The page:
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The Effectiveness of the Serum Surfactant Protein D (Sp-D) Level to Indicate Lung Injury in Pulmonary Embolism by Celal Kati, Hasan Alacam, Latif Duran, Aygul Guzel, Hizir Ufuk Akdemir, Bulent Sisman, Canan Sahin, Yucel Yavuz, Nejat Altintas, Naci Murat, Ali Okuyucu

Background: Surfactant protein D (SP-D) is a biomarker specific to the lungs. Our aim was to investigate the relationship between clinical probability scores and the serum levels of SP-D to indicate the severity of lung injury that develops secondary to hypoxia in pulmonary embolism (PE).
Methods: We included three groups in the study: non-massive PE (n = 20), sub-massive PE (n = 20), and the control group (n = 20), which consisted of healthy volunteers. The modified Geneva and Wells clinical probability scoring systems were performed for PE, and the patients were classified as low risk, moderate risk, and high risk. SP-D levels were determined by the enzyme-linked immunosorbent assay.
Results: For risk factors, the most significant were deep vein thrombosis (DVT) and immobilization. There was no significant difference in SP-D levels between the patients identified with risk factors and those without risk factors in either the Geneva or Wells scores. Atelectasis was the most common radiographic finding, while tricuspid valve regurgitation was predominant in echocardiography. There was no significant difference between the non-massive PE group and the control group, while SP-D levels of the sub-massive group were significantly higher than the control group.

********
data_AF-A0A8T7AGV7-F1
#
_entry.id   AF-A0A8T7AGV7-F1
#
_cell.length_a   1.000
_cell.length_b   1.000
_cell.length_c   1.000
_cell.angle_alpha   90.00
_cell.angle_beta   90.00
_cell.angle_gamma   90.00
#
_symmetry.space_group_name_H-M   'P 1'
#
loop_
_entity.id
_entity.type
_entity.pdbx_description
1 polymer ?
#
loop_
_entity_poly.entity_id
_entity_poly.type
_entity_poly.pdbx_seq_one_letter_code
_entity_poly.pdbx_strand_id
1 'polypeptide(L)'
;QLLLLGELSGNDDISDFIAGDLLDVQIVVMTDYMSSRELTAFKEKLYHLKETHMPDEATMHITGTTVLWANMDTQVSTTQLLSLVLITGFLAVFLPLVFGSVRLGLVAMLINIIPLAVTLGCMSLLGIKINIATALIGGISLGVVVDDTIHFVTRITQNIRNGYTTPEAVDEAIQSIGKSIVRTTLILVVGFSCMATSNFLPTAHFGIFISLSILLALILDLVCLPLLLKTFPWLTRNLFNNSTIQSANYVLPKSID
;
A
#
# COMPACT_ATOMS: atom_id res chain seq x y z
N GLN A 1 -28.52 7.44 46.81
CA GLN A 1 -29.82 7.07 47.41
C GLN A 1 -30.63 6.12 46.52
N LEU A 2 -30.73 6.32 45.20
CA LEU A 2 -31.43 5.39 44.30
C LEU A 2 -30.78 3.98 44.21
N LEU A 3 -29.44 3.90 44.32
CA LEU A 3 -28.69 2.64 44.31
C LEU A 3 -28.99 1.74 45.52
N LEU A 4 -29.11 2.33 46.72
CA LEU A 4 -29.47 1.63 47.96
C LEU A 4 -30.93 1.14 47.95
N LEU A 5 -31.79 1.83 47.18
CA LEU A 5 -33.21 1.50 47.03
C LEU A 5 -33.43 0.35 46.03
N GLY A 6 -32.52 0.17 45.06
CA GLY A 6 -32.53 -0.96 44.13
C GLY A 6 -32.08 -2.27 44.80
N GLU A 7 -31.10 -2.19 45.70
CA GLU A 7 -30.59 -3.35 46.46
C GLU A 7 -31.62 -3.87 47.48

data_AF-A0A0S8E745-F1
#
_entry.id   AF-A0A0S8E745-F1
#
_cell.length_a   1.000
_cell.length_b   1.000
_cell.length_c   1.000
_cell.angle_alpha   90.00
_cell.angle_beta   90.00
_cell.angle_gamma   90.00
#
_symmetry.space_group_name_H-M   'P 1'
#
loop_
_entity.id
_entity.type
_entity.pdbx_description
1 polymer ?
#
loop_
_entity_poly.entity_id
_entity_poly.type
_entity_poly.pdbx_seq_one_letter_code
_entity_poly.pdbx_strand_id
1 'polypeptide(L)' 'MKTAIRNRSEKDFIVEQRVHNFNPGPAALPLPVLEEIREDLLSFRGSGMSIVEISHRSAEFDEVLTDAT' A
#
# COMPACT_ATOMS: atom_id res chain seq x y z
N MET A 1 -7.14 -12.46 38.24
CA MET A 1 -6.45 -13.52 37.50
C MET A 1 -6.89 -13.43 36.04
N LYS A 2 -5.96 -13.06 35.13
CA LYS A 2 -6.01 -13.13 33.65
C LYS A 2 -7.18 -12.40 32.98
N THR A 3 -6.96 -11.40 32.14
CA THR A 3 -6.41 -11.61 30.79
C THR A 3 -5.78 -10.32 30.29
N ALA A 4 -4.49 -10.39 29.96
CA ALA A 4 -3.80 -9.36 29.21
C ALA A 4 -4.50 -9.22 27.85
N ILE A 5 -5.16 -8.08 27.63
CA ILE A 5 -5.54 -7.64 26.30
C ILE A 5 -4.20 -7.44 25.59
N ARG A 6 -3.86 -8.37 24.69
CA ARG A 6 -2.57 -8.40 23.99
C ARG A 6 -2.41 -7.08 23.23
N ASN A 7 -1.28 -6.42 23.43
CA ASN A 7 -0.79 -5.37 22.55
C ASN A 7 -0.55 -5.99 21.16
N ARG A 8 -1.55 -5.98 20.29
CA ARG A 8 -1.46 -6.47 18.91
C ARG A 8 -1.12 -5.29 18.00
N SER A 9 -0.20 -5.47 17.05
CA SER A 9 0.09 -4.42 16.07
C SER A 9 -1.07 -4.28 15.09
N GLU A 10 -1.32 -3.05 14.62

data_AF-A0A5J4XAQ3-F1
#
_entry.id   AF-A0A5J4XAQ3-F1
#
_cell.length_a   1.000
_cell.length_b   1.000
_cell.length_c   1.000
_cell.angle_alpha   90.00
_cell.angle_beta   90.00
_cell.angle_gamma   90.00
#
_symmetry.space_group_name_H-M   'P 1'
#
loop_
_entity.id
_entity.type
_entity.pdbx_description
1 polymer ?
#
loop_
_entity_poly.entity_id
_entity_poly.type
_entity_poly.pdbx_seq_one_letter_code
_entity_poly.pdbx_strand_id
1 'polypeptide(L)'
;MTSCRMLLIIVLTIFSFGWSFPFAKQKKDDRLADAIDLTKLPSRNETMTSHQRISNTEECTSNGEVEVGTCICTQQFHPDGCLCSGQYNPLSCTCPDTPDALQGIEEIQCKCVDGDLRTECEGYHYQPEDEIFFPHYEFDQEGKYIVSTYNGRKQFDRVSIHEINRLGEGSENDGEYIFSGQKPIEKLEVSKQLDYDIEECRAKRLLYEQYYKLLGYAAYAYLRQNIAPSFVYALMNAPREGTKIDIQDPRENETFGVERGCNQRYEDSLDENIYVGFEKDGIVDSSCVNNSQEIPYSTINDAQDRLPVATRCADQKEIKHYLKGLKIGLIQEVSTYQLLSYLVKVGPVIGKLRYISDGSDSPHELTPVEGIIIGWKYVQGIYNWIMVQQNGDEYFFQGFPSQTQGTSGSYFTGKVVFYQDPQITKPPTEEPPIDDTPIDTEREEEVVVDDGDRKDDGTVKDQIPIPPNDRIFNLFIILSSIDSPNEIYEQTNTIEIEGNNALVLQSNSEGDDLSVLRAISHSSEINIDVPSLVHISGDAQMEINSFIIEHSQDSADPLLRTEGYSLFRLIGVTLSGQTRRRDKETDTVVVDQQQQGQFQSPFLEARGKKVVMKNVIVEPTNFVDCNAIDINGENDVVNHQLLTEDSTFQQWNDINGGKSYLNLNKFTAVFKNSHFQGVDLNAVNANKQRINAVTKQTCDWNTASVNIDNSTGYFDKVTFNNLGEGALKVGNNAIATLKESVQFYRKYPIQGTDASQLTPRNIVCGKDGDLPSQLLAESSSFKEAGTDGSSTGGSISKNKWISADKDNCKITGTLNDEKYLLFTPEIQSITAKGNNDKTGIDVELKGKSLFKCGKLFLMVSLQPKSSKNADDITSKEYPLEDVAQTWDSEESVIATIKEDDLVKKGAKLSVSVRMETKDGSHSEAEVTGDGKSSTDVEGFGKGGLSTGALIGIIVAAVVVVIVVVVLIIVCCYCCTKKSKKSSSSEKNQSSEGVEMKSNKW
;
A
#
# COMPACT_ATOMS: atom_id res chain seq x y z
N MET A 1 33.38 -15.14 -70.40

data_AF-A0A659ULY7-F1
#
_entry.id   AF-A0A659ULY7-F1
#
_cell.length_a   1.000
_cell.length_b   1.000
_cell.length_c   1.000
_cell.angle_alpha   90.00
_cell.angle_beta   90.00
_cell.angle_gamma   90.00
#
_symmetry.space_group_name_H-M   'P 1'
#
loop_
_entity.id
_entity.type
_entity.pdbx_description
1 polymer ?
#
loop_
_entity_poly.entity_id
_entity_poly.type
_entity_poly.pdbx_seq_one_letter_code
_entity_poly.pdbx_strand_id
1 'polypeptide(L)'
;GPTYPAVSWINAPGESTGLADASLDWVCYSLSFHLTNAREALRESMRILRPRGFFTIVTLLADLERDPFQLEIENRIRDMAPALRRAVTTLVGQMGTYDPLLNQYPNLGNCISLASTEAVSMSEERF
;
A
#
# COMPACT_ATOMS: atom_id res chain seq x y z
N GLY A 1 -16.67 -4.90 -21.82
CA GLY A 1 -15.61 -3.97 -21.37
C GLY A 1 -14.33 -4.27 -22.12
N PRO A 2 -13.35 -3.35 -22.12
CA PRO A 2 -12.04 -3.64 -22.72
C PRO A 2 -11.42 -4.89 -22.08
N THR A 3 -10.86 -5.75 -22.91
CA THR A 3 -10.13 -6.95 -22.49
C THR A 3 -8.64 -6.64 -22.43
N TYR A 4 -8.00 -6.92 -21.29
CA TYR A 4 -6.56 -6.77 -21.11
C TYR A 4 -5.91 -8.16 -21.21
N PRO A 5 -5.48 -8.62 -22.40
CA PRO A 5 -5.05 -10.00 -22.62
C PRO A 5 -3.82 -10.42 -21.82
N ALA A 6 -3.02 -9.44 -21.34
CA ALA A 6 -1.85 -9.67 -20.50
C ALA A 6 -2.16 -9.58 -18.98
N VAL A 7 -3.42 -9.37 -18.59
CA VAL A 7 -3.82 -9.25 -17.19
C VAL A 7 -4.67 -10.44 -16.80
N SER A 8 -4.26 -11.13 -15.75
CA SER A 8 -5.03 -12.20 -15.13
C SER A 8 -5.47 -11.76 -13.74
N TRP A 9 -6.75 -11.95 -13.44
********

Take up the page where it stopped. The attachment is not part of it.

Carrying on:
Conclusions: In our study, SP-D levels were significantly higher in the sub-massive PE group overall. However, further prospective studies are required with a larger number of cases, including patients with massive PE, in order to clarify the findings.

DOI: 10.7754/Clin.Lab.2013.131009